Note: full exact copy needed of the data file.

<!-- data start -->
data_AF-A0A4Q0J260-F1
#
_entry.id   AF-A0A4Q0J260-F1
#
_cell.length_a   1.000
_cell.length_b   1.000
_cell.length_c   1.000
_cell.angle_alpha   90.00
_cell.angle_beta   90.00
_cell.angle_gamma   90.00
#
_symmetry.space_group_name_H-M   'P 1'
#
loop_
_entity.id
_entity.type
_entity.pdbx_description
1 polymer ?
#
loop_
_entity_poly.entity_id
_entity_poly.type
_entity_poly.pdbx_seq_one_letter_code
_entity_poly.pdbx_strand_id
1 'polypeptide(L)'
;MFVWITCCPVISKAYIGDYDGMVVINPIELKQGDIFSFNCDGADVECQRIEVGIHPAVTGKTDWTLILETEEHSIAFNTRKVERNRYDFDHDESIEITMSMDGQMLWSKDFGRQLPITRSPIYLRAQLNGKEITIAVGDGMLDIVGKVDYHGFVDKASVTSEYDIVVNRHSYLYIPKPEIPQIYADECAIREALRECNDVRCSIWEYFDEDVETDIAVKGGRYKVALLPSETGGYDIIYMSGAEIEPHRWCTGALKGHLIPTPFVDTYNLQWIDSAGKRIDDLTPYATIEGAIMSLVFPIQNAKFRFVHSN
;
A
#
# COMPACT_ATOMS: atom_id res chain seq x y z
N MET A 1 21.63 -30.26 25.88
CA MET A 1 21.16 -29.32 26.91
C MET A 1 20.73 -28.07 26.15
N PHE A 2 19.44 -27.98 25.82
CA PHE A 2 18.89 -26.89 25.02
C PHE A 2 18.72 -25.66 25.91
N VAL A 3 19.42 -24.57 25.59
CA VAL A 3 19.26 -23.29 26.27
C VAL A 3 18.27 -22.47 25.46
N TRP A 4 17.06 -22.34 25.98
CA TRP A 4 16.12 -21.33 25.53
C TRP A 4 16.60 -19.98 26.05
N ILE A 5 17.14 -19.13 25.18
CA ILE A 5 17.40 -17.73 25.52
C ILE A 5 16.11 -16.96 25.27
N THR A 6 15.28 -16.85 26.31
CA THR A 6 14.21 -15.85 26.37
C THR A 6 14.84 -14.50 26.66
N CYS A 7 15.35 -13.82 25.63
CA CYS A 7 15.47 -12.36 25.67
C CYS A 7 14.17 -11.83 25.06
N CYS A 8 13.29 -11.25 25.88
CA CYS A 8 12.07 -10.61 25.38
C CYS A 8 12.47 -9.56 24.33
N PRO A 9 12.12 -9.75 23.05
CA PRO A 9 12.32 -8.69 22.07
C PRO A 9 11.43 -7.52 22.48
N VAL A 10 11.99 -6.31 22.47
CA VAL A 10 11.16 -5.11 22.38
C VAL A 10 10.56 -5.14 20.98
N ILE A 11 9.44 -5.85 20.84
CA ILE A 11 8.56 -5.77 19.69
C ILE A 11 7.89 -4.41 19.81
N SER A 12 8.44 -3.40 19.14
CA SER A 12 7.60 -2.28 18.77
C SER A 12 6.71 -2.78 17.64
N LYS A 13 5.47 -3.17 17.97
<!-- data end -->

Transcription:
data_AF-A0A4Q0J260-F1
#
_entry.id   AF-A0A4Q0J260-F1
#
_cell.length_a   1.000
_cell.length_b   1.000
_cell.length_c   1.000
_cell.angle_alpha   90.00
_cell.angle_beta   90.00
_cell.angle_gamma   90.00
#
_symmetry.space_group_name_H-M   'P 1'
#
loop_
_entity.id
_entity.type
_entity.pdbx_description
1 polymer ?
#
loop_
_entity_poly.entity_id
_entity_poly.type
_entity_poly.pdbx_seq_one_letter_code
_entity_poly.pdbx_strand_id
1 'polypeptide(L)'
;MFVWITCCPVISKAYIGDYDGMVVINPIELKQGDIFSFNCDGADVECQRIEVGIHPAVTGKTDWTLILETEEHSIAFNTRKVERNRYDFDHDESIEITMSMDGQMLWSKDFGRQLPITRSPIYLRAQLNGKEITIAVGDGMLDIVGKVDYHGFVDKASVTSEYDIVVNRHSYLYIPKPEIPQIYADECAIREALRECNDVRCSIWEYFDEDVETDIAVKGGRYKVALLPSETGGYDIIYMSGAEIEPHRWCTGALKGHLIPTPFVDTYNLQWIDSAGKRIDDLTPYATIEGAIMSLVFPIQNAKFRFVHSN
;
A
#
# COMPACT_ATOMS: atom_id res chain seq x y z
N MET A 1 21.63 -30.26 25.88
CA MET A 1 21.16 -29.32 26.91
C MET A 1 20.73 -28.07 26.15
N PHE A 2 19.44 -27.98 25.82
CA PHE A 2 18.89 -26.89 25.02
C PHE A 2 18.72 -25.66 25.91
N VAL A 3 19.42 -24.57 25.59
CA VAL A 3 19.26 -23.29 26.27
C VAL A 3 18.27 -22.47 25.46
N TRP A 4 17.06 -22.34 25.98
CA TRP A 4 16.12 -21.33 25.53
C TRP A 4 16.60 -19.98 26.05
N ILE A 5 17.14 -19.13 25.18
CA ILE A 5 17.40 -17.73 25.52
C ILE A 5 16.11 -16.96 25.27
N THR A 6 15.28 -16.85 26.31
CA THR A 6 14.21 -15.85 26.37
C THR A 6 14.84 -14.50 26.66
N CYS A 7 15.35 -13.82 25.63
CA CYS A 7 15.47 -12.36 25.67
C CYS A 7 14.17 -11.83 25.06
N CYS A 8 13.29 -11.25 25.88
CA CYS A 8 12.07 -10.61 25.38
C CYS A 8 12.47 -9.56 24.33
N PRO A 9 12.12 -9.75 23.05
CA PRO A 9 12.32 -8.69 22.07
C PRO A 9 11.43 -7.52 22.48
N VAL A 10 11.99 -6.31 22.47
CA VAL A 10 11.16 -5.11 22.38
C VAL A 10 10.56 -5.14 20.98
N ILE A 11 9.44 -5.85 20.84
CA ILE A 11 8.56 -5.77 19.69
C ILE A 11 7.89 -4.41 19.81
N SER A 12 8.44 -3.40 19.14
CA SER A 12 7.60 -2.28 18.77
C SER A 12 6.71 -2.78 17.64
N LYS A 13 5.47 -3.17 17.97